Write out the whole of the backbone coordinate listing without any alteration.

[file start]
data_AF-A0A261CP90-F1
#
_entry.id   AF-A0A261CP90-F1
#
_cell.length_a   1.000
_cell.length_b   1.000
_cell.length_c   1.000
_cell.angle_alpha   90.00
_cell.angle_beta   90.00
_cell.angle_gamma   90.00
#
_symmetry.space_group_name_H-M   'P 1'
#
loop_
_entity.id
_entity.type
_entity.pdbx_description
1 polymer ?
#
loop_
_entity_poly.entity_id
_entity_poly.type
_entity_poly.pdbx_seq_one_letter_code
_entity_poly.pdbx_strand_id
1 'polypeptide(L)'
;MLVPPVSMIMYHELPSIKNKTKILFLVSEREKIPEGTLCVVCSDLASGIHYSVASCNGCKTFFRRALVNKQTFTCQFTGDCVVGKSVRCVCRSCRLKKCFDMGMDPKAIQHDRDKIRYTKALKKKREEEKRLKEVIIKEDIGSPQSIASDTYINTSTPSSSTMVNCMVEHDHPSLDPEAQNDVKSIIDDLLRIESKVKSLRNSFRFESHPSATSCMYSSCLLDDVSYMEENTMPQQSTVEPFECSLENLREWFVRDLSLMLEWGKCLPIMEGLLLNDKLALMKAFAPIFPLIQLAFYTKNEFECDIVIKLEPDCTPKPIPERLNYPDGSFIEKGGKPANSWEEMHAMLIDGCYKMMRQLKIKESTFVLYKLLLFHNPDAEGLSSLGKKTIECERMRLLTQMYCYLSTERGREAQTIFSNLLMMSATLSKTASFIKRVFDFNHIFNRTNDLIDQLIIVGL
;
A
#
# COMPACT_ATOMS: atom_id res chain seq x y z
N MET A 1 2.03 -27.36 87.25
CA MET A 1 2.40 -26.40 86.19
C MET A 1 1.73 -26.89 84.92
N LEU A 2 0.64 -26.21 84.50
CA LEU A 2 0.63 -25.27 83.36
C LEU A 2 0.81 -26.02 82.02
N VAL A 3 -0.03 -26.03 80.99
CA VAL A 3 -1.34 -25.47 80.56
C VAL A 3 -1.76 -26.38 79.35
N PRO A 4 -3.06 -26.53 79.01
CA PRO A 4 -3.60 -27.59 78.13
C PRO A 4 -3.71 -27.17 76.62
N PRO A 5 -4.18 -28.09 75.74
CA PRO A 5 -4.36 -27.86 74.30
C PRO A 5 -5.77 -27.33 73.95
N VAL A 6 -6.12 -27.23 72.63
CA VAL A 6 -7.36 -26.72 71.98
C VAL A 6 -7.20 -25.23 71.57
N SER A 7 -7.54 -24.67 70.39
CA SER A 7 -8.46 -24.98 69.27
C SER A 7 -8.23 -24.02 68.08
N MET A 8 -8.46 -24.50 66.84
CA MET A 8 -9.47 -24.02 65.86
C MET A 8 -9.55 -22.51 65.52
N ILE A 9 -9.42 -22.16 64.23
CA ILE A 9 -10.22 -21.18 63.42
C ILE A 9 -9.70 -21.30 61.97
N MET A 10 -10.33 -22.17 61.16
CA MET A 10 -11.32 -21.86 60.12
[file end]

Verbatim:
data_AF-A0A261CP90-F1
#
_entry.id   AF-A0A261CP90-F1
#
_cell.length_a   1.000
_cell.length_b   1.000
_cell.length_c   1.000
_cell.angle_alpha   90.00
_cell.angle_beta   90.00
_cell.angle_gamma   90.00
#
_symmetry.space_group_name_H-M   'P 1'
#
loop_
_entity.id
_entity.type
_entity.pdbx_description
1 polymer ?
#
loop_
_entity_poly.entity_id
_entity_poly.type
_entity_poly.pdbx_seq_one_letter_code
_entity_poly.pdbx_strand_id
1 'polypeptide(L)'
;MLVPPVSMIMYHELPSIKNKTKILFLVSEREKIPEGTLCVVCSDLASGIHYSVASCNGCKTFFRRALVNKQTFTCQFTGDCVVGKSVRCVCRSCRLKKCFDMGMDPKAIQHDRDKIRYTKALKKKREEEKRLKEVIIKEDIGSPQSIASDTYINTSTPSSSTMVNCMVEHDHPSLDPEAQNDVKSIIDDLLRIESKVKSLRNSFRFESHPSATSCMYSSCLLDDVSYMEENTMPQQSTVEPFECSLENLREWFVRDLSLMLEWGKCLPIMEGLLLNDKLALMKAFAPIFPLIQLAFYTKNEFECDIVIKLEPDCTPKPIPERLNYPDGSFIEKGGKPANSWEEMHAMLIDGCYKMMRQLKIKESTFVLYKLLLFHNPDAEGLSSLGKKTIECERMRLLTQMYCYLSTERGREAQTIFSNLLMMSATLSKTASFIKRVFDFNHIFNRTNDLIDQLIIVGL
;
A
#
# COMPACT_ATOMS: atom_id res chain seq x y z
N MET A 1 2.03 -27.36 87.25
CA MET A 1 2.40 -26.40 86.19
C MET A 1 1.73 -26.89 84.92
N LEU A 2 0.64 -26.21 84.50
CA LEU A 2 0.63 -25.27 83.36
C LEU A 2 0.81 -26.02 82.02
N VAL A 3 -0.03 -26.03 80.99
CA VAL A 3 -1.34 -25.47 80.56
C VAL A 3 -1.76 -26.38 79.35
N PRO A 4 -3.06 -26.53 79.01
CA PRO A 4 -3.60 -27.59 78.13
C PRO A 4 -3.71 -27.17 76.62
N PRO A 5 -4.18 -28.09 75.74
CA PRO A 5 -4.36 -27.86 74.30
C PRO A 5 -5.77 -27.33 73.95
N VAL A 6 -6.12 -27.23 72.63
CA VAL A 6 -7.36 -26.72 71.98
C VAL A 6 -7.20 -25.23 71.57
N SER A 7 -7.54 -24.67 70.39
CA SER A 7 -8.46 -24.98 69.27
C SER A 7 -8.23 -24.02 68.08
N MET A 8 -8.46 -24.50 66.84
CA MET A 8 -9.47 -24.02 65.86
C MET A 8 -9.55 -22.51 65.52
N ILE A 9 -9.42 -22.16 64.23
CA ILE A 9 -10.22 -21.18 63.42
C ILE A 9 -9.70 -21.30 61.97
N MET A 10 -10.33 -22.17 61.16
CA MET A 10 -11.32 -21.86 60.12